Wednesday, September 23, 2015

What Did Mormon (Nephi) Mean “They Traveled Nearly East”?

What Did Mormon Mean “They Traveled Nearly East”? 
   Continuing with this fourth part of the meaning of words and statements.
4. “How is it that almost all non-Jewish Mormons seem to accept BYU Professor John L. Sorenson’s change of cardinal directions from Mormon’s description in Alma 22, for the layout of the Land of Promise? Maybe to a Westerner the direction east is simply east—but to a Middle Easterner, the direction of East is everything and there is no way this is all confusing to anyone who has ever studied eastern thought and religion—the idea is ludicrous that a Hebrew (ancient Jew) would have to stand with his back to the sea to know which way east was located. Long before the first Hebrew crossed over into Palestine, the concept of “East” had a very significance place in their religious thinking and relationship with God—no matter where one went, the first thing one did was orient himself to the east” Shayna D.
    You are certainly correct. However, despite all that we have written on this matter, the idea of an east-west direction for Mesoamerica persists. But let’s for a moment consider the result of Sorenson’s changing of Mormon’s description, which he claims results in the:
1. East Sea is really to the North
2. West Sea is really to the South
3. Land Southward is to the east
4. Land Northward is to the west 
5. The Land of Zarahemla is to the west of the Land of Nephi, instead of to the north
6. Land of Bountiful is to the west of Land of Zarahemla, instead of to the north
7. The Narrow Neck of Land is to the west of the Land of Bountiful
8. Land of Desolation is to the west of Bountiful (instead of to the north)
9. Land of Many Waters is to far west (northwest) of Desolation, instead of to the north
    Looking at the issue at hand, and that is simply that east in Jerusalem is where the sun rises, and east in Mesoamerica, is where the sun rises. So what should have been the difference?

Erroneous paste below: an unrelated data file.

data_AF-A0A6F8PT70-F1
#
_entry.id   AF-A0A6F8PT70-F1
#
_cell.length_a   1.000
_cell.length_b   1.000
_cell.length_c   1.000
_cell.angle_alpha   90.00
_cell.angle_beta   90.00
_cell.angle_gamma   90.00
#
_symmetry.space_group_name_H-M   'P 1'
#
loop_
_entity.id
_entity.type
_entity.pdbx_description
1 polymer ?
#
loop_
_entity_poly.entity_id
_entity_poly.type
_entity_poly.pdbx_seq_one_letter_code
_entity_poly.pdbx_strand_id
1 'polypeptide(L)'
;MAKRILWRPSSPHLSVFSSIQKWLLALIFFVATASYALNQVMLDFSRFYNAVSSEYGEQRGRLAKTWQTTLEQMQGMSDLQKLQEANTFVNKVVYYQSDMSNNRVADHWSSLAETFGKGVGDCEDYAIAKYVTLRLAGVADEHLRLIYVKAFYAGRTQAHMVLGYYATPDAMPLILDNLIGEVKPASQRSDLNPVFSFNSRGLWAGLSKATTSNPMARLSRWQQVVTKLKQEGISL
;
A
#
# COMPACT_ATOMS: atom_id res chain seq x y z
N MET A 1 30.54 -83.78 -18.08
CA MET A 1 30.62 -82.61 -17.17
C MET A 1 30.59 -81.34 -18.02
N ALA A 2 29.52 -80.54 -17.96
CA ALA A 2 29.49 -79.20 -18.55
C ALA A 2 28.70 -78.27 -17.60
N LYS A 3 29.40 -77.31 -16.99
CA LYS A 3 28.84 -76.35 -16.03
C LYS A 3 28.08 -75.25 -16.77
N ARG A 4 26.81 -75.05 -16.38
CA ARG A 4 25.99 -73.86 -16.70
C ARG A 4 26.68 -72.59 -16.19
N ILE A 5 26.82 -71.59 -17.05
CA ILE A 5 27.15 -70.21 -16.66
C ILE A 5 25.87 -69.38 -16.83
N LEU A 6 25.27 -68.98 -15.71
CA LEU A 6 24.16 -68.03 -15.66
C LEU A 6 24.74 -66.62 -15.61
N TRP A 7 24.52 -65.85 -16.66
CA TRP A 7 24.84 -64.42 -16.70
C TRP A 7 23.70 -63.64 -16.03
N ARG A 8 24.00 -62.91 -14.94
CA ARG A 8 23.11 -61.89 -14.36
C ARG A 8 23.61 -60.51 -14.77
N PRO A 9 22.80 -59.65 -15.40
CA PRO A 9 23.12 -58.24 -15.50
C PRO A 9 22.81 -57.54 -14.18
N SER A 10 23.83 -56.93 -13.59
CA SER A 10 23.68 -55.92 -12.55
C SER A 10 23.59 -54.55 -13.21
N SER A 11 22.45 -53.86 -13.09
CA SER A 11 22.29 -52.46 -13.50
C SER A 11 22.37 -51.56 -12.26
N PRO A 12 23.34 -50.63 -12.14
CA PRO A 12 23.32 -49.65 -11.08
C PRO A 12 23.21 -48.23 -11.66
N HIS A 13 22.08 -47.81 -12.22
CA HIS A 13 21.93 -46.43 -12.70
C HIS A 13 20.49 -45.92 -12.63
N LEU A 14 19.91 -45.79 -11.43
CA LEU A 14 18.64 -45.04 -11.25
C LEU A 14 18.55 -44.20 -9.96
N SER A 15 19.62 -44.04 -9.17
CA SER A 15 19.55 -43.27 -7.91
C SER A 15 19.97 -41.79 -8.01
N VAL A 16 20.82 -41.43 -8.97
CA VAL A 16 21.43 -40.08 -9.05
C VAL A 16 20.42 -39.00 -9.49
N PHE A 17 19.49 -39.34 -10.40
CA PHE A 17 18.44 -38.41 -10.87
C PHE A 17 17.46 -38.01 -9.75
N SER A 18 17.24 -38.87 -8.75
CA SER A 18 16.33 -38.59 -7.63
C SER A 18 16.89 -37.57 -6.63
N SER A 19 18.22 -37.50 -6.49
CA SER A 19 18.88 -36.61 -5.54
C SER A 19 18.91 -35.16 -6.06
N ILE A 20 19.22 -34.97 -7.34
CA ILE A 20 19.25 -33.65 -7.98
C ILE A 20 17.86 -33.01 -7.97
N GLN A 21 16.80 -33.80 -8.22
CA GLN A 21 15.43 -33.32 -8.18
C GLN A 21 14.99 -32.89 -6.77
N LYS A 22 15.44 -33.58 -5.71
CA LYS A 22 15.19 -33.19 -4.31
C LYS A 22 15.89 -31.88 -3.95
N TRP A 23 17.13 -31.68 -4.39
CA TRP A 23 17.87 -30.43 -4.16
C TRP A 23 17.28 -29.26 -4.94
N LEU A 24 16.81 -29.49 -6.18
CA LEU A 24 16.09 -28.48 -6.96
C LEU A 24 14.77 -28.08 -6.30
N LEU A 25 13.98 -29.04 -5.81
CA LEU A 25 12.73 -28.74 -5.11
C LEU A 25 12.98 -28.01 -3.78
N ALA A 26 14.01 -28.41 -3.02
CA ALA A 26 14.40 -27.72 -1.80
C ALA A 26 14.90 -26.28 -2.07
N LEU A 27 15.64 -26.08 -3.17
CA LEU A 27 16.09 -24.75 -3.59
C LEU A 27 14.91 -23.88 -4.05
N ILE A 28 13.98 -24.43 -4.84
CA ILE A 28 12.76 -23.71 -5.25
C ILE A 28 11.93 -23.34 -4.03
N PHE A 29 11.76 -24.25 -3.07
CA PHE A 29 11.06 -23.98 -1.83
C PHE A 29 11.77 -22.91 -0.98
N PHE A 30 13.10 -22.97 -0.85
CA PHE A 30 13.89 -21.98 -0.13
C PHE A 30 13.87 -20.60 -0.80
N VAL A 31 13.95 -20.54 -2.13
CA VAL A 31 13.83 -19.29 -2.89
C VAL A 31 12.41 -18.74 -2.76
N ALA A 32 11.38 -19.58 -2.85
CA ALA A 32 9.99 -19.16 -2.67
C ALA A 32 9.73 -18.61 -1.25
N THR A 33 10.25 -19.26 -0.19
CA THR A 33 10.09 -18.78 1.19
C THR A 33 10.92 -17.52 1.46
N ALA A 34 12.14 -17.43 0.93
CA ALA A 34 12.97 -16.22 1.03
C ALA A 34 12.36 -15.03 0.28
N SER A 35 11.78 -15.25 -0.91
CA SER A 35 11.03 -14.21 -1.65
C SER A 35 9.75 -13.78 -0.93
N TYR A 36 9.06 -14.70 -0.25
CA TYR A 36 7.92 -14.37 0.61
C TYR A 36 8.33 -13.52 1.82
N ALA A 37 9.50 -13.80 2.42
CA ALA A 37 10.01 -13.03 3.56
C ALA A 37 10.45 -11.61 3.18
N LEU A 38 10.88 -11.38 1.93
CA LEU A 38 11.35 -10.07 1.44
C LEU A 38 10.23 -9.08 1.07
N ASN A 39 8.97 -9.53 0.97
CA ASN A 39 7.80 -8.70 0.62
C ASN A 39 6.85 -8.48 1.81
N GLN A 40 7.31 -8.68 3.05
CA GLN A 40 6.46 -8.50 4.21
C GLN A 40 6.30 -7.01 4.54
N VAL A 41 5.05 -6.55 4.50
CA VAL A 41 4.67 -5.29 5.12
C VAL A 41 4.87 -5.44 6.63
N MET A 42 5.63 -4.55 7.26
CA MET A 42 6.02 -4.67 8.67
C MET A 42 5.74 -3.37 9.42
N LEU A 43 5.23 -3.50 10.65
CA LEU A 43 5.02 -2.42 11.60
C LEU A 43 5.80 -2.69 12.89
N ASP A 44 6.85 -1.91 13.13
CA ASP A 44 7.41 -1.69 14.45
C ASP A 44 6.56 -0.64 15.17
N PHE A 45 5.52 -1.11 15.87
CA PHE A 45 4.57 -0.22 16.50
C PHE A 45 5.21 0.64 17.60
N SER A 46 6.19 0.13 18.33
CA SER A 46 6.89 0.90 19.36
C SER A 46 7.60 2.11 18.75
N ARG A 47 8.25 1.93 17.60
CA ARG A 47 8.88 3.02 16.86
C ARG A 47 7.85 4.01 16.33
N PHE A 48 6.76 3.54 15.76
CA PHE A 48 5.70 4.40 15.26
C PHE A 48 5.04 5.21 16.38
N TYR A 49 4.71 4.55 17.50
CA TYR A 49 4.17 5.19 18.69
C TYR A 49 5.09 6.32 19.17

One of Sorenson’s major points for his clouding the issue with his “back to the sea” is that in his claims, the sun rises differently in Mesoamerica than it did in Jerusalem, consequently, the Nephites when they arrived in Mesoamerica, did not have an understanding of east and the direction of east and the sun rising in the east; however, the point to this is that the sun rises and sets during the year just about the same as it does in Jerusalem as it does from Mexico City to the Yucatan to Guatemala City in Mesoamerica.
Graph shows the 360º earth and how narrow a distance 1º would be; consequently, the sun rising and setting within a couple of degrees difference would make no impact on the visual sighting of that event and cause no problem for the immigrating Nephites if they had landed in Mesoamerica as Sorenson claims
    In other words, the Nephites would have had no problem in their new land and no reason at all to determine directions simply from the most noticeable heavenly object—the Sun’s location. It was more-or-less in the exact same position it had been from their view at Jerusalem. So that should dispel that problem, since the Nephites, if they landed in Mesoamerica, would have been in a sighting line of the sun from sunrize to sunset very similar to that of Jerusalem (see right side of graphic above).
    The other problem Sorenson sites is not knowing the direction of east; however, as numerous articles on the subject now extant by those who obviously know more on the subject than did Sorenson as to how an ancient Hebrew would have been oriented to our compass positions, let us consider once again this matter of “east” to the oriental mind—specifically the Jew and Arab, whose entire life surrounds this issue.
To make certain we are on the same page in Mesoamerica, this NASA satellite photo shows the area considered to be Mesoamerica with their directions and the Land of Promise labels added  according to the Theorists' placement